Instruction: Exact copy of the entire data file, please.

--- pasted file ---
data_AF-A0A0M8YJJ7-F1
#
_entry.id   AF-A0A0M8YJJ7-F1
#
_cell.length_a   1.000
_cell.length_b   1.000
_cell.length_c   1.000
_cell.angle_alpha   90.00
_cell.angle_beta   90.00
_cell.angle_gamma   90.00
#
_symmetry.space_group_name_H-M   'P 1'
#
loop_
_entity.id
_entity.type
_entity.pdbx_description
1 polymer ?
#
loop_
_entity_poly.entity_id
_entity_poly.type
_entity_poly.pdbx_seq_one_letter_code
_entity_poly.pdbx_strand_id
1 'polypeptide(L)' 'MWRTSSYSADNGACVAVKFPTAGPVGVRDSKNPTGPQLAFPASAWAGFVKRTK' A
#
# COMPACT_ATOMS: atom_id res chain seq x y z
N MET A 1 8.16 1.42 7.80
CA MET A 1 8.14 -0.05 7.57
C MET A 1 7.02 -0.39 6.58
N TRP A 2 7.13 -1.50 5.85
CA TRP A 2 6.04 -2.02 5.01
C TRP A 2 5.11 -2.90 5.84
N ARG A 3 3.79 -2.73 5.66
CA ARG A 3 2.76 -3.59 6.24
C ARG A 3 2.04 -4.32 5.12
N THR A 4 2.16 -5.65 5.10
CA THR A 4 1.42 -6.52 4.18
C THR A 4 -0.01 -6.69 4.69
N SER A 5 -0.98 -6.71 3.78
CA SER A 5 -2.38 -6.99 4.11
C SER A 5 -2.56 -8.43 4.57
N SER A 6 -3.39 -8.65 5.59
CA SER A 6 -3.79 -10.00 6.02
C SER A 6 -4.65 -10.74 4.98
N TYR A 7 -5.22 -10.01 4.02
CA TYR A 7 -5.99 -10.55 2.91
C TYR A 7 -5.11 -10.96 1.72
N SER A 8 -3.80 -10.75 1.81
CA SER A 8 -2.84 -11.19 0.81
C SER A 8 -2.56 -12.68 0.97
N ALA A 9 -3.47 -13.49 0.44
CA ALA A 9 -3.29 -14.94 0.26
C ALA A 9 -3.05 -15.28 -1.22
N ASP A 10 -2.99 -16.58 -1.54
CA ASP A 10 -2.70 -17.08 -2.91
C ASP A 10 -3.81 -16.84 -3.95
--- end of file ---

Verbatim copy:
data_AF-A0A0M8YJJ7-F1
#
_entry.id   AF-A0A0M8YJJ7-F1
#
_cell.length_a   1.000
_cell.length_b   1.000
_cell.length_c   1.000
_cell.angle_alpha   90.00
_cell.angle_beta   90.00
_cell.angle_gamma   90.00
#
_symmetry.space_group_name_H-M   'P 1'
#
loop_
_entity.id
_entity.type
_entity.pdbx_description
1 polymer ?
#
loop_
_entity_poly.entity_id
_entity_poly.type
_entity_poly.pdbx_seq_one_letter_code
_entity_poly.pdbx_strand_id
1 'polypeptide(L)' 'MWRTSSYSADNGACVAVKFPTAGPVGVRDSKNPTGPQLAFPASAWAGFVKRTK' A
#
# COMPACT_ATOMS: atom_id res chain seq x y z
N MET A 1 8.16 1.42 7.80
CA MET A 1 8.14 -0.05 7.57
C MET A 1 7.02 -0.39 6.58
N TRP A 2 7.13 -1.50 5.85
CA TRP A 2 6.04 -2.02 5.01
C TRP A 2 5.11 -2.90 5.84
N ARG A 3 3.79 -2.73 5.66
CA ARG A 3 2.76 -3.59 6.24
C ARG A 3 2.04 -4.32 5.12
N THR A 4 2.16 -5.65 5.10
CA THR A 4 1.42 -6.52 4.18
C THR A 4 -0.01 -6.69 4.69
N SER A 5 -0.98 -6.71 3.78
CA SER A 5 -2.38 -6.99 4.11
C SER A 5 -2.56 -8.43 4.57
N SER A 6 -3.39 -8.65 5.59
CA SER A 6 -3.79 -10.00 6.02
C SER A 6 -4.65 -10.74 4.98
N TYR A 7 -5.22 -10.01 4.02
CA TYR A 7 -5.99 -10.55 2.91
C TYR A 7 -5.11 -10.96 1.72
N SER A 8 -3.80 -10.75 1.81
CA SER A 8 -2.84 -11.19 0.81
C SER A 8 -2.56 -12.68 0.97
N ALA A 9 -3.47 -13.49 0.44
CA ALA A 9 -3.29 -14.94 0.26
C ALA A 9 -3.05 -15.28 -1.22
N ASP A 10 -2.99 -16.58 -1.54
CA ASP A 10 -2.70 -17.08 -2.91
C ASP A 10 -3.81 -16.84 -3.95